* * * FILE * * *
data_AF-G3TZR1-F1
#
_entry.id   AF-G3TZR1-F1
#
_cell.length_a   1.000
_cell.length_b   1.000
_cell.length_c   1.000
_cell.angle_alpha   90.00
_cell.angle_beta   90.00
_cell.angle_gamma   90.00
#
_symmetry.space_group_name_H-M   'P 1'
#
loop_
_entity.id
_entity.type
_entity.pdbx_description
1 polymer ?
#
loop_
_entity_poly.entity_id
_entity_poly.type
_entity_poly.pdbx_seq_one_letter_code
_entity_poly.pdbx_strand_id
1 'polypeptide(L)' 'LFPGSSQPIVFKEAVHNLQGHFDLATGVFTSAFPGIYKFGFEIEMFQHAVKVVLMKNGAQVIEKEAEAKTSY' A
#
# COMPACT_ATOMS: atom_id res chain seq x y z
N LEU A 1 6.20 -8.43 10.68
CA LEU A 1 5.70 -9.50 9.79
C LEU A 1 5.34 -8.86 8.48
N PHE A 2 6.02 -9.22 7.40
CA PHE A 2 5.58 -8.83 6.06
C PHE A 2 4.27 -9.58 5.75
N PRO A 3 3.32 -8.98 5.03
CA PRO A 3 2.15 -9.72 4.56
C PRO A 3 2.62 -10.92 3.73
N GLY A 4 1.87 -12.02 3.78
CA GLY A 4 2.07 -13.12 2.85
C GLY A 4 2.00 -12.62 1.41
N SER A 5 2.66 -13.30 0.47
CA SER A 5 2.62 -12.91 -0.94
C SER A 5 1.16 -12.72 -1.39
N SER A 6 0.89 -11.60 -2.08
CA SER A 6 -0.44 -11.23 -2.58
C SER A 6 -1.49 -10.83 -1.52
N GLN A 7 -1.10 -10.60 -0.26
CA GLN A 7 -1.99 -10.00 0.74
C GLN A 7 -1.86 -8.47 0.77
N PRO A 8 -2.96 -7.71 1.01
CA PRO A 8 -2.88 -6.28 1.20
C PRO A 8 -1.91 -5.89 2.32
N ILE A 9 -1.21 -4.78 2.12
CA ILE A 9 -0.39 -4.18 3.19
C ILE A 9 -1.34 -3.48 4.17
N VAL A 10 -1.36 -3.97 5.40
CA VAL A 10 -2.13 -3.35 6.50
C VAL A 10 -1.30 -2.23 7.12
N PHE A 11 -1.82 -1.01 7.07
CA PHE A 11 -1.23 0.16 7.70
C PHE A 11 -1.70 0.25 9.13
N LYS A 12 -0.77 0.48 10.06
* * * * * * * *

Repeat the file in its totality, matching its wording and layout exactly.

data_AF-G3TZR1-F1
#
_entry.id   AF-G3TZR1-F1
#
_cell.length_a   1.000
_cell.length_b   1.000
_cell.length_c   1.000
_cell.angle_alpha   90.00
_cell.angle_beta   90.00
_cell.angle_gamma   90.00
#
_symmetry.space_group_name_H-M   'P 1'
#
loop_
_entity.id
_entity.type
_entity.pdbx_description
1 polymer ?
#
loop_
_entity_poly.entity_id
_entity_poly.type
_entity_poly.pdbx_seq_one_letter_code
_entity_poly.pdbx_strand_id
1 'polypeptide(L)' 'LFPGSSQPIVFKEAVHNLQGHFDLATGVFTSAFPGIYKFGFEIEMFQHAVKVVLMKNGAQVIEKEAEAKTSY' A
#
# COMPACT_ATOMS: atom_id res chain seq x y z
N LEU A 1 6.20 -8.43 10.68
CA LEU A 1 5.70 -9.50 9.79
C LEU A 1 5.34 -8.86 8.48
N PHE A 2 6.02 -9.22 7.40
CA PHE A 2 5.58 -8.83 6.06
C PHE A 2 4.27 -9.58 5.75
N PRO A 3 3.32 -8.98 5.03
CA PRO A 3 2.15 -9.72 4.56
C PRO A 3 2.62 -10.92 3.73
N GLY A 4 1.87 -12.02 3.78
CA GLY A 4 2.07 -13.12 2.85
C GLY A 4 2.00 -12.62 1.41
N SER A 5 2.66 -13.30 0.47
CA SER A 5 2.62 -12.91 -0.94
C SER A 5 1.16 -12.72 -1.39
N SER A 6 0.89 -11.60 -2.08
CA SER A 6 -0.44 -11.23 -2.58
C SER A 6 -1.49 -10.83 -1.52
N GLN A 7 -1.10 -10.60 -0.26
CA GLN A 7 -1.99 -10.00 0.74
C GLN A 7 -1.86 -8.47 0.77
N PRO A 8 -2.96 -7.71 1.01
CA PRO A 8 -2.88 -6.28 1.20
C PRO A 8 -1.91 -5.89 2.32
N ILE A 9 -1.21 -4.78 2.12
CA ILE A 9 -0.39 -4.18 3.19
C ILE A 9 -1.34 -3.48 4.17
N VAL A 10 -1.36 -3.97 5.40
CA VAL A 10 -2.13 -3.35 6.50
C VAL A 10 -1.30 -2.23 7.12
N PHE A 11 -1.82 -1.01 7.07
CA PHE A 11 -1.23 0.16 7.70
C PHE A 11 -1.70 0.25 9.13
N LYS A 12 -0.77 0.48 10.06